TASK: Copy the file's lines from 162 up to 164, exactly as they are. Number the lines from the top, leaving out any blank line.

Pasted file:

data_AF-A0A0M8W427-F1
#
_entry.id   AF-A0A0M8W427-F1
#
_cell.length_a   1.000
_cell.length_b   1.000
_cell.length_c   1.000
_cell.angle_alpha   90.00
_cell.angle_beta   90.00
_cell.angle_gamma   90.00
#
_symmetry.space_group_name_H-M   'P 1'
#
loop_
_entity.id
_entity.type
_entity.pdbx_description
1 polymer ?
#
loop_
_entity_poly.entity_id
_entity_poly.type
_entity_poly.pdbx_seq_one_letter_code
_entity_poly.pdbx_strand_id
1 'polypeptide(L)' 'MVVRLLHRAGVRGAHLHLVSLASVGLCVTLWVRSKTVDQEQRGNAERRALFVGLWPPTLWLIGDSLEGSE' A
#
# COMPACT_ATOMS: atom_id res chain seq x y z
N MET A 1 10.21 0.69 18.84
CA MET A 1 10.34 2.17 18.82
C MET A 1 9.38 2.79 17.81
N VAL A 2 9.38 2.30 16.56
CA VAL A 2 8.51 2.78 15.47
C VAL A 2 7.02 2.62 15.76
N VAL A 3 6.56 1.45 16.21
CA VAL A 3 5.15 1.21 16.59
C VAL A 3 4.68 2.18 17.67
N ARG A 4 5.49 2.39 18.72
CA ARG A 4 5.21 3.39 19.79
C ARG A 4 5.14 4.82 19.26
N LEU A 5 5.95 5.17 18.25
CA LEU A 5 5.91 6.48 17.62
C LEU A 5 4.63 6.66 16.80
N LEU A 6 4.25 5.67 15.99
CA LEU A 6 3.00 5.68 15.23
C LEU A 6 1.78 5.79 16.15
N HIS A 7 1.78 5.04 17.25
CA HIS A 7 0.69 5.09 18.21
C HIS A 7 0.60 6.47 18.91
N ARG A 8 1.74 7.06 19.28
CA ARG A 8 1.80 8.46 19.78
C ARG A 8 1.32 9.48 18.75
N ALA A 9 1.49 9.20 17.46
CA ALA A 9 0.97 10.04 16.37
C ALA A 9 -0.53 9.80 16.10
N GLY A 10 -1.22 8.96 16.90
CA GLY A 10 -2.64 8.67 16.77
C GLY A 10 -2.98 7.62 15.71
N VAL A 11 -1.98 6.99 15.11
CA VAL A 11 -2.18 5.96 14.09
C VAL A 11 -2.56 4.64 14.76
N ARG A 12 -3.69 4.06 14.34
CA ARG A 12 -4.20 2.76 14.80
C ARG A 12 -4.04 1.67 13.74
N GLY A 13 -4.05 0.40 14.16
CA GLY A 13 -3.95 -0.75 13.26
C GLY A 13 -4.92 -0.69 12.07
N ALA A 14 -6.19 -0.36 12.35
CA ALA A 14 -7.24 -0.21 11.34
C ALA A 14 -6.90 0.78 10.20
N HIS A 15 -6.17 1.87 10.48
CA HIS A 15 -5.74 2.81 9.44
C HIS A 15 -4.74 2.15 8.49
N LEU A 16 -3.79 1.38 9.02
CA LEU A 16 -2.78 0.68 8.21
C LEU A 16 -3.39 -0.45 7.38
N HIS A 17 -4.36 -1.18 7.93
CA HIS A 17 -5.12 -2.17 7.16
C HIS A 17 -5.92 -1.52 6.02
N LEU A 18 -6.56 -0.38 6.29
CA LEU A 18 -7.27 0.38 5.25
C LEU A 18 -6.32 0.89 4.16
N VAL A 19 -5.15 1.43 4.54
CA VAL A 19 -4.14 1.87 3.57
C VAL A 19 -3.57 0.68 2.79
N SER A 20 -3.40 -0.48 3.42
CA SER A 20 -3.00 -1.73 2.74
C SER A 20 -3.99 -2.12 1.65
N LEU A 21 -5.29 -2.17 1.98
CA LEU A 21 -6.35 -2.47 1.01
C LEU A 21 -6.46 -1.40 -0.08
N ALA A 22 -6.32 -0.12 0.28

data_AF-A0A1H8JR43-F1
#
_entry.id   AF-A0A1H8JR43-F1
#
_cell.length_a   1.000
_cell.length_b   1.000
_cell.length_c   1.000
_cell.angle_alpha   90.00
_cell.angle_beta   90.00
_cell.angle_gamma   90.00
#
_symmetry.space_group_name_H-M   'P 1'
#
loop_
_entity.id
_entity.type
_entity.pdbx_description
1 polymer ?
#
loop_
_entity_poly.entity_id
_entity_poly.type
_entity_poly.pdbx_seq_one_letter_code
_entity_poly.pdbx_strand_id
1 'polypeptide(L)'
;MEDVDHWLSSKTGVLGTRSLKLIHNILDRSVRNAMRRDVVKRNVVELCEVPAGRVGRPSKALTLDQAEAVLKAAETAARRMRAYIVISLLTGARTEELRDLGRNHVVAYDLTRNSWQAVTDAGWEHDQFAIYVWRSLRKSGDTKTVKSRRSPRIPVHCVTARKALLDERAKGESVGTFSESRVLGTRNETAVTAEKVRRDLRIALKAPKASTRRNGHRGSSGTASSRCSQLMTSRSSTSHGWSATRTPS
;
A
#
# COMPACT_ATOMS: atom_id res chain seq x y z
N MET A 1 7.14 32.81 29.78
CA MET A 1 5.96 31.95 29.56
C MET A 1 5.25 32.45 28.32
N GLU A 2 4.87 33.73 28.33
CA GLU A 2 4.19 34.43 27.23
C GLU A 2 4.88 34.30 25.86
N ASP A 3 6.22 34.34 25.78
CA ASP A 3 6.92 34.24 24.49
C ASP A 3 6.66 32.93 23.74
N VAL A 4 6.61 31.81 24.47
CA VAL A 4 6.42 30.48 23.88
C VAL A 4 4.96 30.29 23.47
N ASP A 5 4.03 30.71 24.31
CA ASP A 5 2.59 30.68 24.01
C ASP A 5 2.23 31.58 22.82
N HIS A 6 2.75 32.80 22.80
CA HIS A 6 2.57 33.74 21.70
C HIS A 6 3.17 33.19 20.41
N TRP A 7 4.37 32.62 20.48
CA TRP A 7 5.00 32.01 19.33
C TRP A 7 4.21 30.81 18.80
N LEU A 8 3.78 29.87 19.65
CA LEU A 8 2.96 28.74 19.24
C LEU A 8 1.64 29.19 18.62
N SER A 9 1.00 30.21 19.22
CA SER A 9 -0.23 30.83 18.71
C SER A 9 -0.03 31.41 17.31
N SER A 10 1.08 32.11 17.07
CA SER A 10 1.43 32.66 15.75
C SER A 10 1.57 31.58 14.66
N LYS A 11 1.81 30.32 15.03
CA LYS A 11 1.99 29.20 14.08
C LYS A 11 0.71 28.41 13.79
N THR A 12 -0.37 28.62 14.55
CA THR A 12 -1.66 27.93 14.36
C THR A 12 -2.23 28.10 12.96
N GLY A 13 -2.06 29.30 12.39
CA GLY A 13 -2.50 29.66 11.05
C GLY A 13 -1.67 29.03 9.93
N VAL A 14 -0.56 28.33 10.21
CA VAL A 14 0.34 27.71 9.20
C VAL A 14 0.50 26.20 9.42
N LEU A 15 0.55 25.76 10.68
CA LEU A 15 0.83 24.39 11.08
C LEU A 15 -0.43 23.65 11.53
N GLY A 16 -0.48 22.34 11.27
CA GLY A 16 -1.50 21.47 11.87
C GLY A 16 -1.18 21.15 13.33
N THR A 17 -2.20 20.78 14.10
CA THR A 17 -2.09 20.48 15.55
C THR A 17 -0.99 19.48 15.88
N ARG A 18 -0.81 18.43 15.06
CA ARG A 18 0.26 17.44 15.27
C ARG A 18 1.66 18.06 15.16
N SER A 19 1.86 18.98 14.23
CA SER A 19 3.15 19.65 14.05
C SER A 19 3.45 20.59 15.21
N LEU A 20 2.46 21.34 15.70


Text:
CA VAL A 14 0.34 27.71 9.20
C VAL A 14 0.50 26.20 9.42
N LEU A 15 0.55 25.76 10.68